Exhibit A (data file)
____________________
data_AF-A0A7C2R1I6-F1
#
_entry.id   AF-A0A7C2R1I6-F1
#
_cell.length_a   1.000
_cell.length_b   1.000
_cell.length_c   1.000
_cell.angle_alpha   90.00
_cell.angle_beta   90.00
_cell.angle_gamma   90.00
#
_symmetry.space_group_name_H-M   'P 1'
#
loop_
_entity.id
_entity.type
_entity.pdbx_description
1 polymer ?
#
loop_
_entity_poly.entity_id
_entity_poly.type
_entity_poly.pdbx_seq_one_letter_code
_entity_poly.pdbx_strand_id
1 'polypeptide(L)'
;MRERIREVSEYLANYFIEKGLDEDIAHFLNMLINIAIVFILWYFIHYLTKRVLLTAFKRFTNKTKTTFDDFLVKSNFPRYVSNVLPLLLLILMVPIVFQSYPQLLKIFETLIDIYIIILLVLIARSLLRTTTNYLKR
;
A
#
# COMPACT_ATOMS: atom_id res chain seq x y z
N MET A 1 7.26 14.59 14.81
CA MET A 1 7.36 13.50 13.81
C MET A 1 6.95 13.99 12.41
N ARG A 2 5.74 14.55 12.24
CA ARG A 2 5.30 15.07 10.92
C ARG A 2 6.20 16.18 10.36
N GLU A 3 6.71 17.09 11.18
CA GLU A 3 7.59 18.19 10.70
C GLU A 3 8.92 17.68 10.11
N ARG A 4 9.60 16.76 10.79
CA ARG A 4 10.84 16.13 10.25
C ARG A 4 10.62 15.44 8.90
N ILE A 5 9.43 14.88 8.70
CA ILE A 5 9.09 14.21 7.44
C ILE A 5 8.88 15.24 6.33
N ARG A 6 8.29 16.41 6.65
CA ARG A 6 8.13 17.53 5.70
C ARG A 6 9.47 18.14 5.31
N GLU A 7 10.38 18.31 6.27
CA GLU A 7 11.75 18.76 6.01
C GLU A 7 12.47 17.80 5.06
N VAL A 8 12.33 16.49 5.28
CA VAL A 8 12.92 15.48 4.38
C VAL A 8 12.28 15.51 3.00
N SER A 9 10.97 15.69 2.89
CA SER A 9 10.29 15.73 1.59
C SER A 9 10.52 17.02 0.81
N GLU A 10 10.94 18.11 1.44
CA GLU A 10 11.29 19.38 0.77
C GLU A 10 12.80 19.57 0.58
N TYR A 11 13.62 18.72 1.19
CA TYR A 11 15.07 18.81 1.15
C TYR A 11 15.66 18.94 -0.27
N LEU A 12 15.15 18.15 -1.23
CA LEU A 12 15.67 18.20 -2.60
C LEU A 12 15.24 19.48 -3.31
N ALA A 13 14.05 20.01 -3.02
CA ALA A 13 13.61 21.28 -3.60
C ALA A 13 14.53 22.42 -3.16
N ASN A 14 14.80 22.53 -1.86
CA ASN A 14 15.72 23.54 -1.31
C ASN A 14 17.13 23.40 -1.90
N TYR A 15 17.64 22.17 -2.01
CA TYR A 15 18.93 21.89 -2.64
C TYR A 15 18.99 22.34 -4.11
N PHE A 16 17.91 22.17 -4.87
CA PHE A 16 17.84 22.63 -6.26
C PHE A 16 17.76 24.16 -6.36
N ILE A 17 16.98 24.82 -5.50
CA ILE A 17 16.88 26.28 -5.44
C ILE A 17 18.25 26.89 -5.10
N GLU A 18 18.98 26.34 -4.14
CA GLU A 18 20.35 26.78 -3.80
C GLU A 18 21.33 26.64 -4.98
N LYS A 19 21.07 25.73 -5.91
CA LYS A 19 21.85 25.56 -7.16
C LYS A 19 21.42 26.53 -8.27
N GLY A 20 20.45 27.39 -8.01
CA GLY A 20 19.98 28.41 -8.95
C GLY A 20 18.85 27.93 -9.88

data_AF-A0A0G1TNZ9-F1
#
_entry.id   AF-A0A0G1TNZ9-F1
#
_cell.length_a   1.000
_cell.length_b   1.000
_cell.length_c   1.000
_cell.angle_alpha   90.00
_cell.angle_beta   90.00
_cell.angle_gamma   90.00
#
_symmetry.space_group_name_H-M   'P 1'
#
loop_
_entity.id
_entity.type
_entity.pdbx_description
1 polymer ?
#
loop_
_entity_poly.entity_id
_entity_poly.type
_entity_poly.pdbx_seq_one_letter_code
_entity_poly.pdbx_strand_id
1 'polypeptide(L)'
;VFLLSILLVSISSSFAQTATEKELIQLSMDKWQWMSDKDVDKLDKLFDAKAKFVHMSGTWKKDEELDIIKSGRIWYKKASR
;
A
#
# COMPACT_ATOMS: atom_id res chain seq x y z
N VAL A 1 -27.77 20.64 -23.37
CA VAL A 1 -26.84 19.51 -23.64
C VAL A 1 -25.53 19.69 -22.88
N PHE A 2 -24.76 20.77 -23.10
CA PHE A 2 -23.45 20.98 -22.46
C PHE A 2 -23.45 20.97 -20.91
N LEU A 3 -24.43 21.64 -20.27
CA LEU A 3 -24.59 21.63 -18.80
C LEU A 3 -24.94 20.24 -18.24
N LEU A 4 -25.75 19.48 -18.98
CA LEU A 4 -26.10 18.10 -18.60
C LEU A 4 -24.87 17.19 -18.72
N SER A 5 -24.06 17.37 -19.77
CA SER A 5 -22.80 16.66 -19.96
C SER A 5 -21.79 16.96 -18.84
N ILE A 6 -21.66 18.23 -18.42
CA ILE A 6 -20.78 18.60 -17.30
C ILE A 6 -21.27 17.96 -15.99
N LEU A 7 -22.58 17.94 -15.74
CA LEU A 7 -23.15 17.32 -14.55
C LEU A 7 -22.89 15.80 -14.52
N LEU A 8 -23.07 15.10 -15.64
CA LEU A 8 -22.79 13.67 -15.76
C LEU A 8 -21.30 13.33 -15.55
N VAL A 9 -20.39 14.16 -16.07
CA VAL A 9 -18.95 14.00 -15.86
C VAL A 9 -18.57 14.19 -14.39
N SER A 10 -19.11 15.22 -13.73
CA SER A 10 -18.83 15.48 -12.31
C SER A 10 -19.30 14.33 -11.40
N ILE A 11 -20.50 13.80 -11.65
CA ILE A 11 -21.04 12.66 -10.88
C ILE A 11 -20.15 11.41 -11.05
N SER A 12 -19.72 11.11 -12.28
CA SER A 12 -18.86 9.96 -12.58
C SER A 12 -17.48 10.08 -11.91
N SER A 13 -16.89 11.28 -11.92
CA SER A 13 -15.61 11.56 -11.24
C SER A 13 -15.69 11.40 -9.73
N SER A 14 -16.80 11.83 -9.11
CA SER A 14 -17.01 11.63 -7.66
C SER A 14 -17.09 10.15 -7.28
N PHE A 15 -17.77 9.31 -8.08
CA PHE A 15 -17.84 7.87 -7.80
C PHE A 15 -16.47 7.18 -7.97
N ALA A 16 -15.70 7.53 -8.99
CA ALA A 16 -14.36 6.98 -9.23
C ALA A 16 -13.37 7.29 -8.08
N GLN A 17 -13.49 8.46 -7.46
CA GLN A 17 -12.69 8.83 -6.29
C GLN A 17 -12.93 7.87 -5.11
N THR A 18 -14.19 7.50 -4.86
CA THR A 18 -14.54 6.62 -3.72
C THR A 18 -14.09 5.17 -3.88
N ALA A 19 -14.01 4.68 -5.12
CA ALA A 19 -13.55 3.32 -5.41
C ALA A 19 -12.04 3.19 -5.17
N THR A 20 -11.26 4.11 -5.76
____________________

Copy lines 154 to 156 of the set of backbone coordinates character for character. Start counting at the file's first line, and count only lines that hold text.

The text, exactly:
N SER A 12 -19.72 11.11 -12.28
CA SER A 12 -18.86 9.96 -12.58
C SER A 12 -17.48 10.08 -11.91